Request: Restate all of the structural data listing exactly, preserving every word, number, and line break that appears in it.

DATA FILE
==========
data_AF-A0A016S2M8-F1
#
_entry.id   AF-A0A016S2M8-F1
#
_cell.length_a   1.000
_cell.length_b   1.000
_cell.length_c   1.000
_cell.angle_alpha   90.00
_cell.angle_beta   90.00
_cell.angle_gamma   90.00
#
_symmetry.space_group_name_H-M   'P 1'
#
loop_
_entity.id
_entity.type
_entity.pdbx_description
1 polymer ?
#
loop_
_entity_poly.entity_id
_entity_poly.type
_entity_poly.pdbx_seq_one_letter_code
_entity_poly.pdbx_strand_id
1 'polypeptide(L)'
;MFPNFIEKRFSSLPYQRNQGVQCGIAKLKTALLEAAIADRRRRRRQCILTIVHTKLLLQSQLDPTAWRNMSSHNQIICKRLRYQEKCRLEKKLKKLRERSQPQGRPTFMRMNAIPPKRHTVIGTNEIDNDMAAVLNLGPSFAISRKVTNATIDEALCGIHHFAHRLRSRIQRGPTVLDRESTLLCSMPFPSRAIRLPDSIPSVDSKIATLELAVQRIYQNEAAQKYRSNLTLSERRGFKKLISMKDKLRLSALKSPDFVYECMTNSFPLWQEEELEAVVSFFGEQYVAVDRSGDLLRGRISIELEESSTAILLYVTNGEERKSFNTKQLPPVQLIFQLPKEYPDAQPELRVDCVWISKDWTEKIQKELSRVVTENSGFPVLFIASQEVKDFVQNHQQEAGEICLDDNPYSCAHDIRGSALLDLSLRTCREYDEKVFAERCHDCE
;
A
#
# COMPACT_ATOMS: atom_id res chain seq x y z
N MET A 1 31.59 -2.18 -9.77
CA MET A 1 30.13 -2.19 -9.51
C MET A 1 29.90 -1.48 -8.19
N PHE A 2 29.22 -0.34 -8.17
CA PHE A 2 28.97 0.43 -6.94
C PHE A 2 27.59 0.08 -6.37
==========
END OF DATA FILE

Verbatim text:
data_AF-A0A016S2M8-F1
#
_entry.id   AF-A0A016S2M8-F1
#
_cell.length_a   1.000
_cell.length_b   1.000
_cell.length_c   1.000
_cell.angle_alpha   90.00
_cell.angle_beta   90.00
_cell.angle_gamma   90.00
#
_symmetry.space_group_name_H-M   'P 1'
#
loop_
_entity.id
_entity.type
_entity.pdbx_description
1 polymer ?
#
loop_
_entity_poly.entity_id
_entity_poly.type
_entity_poly.pdbx_seq_one_letter_code
_entity_poly.pdbx_strand_id
1 'polypeptide(L)'
;MFPNFIEKRFSSLPYQRNQGVQCGIAKLKTALLEAAIADRRRRRRQCILTIVHTKLLLQSQLDPTAWRNMSSHNQIICKRLRYQEKCRLEKKLKKLRERSQPQGRPTFMRMNAIPPKRHTVIGTNEIDNDMAAVLNLGPSFAISRKVTNATIDEALCGIHHFAHRLRSRIQRGPTVLDRESTLLCSMPFPSRAIRLPDSIPSVDSKIATLELAVQRIYQNEAAQKYRSNLTLSERRGFKKLISMKDKLRLSALKSPDFVYECMTNSFPLWQEEELEAVVSFFGEQYVAVDRSGDLLRGRISIELEESSTAILLYVTNGEERKSFNTKQLPPVQLIFQLPKEYPDAQPELRVDCVWISKDWTEKIQKELSRVVTENSGFPVLFIASQEVKDFVQNHQQEAGEICLDDNPYSCAHDIRGSALLDLSLRTCREYDEKVFAERCHDCE
;
A
#
# COMPACT_ATOMS: atom_id res chain seq x y z
N MET A 1 31.59 -2.18 -9.77
CA MET A 1 30.13 -2.19 -9.51
C MET A 1 29.90 -1.48 -8.19
N PHE A 2 29.22 -0.34 -8.17
CA PHE A 2 28.97 0.43 -6.94
C PHE A 2 27.59 0.08 -6.37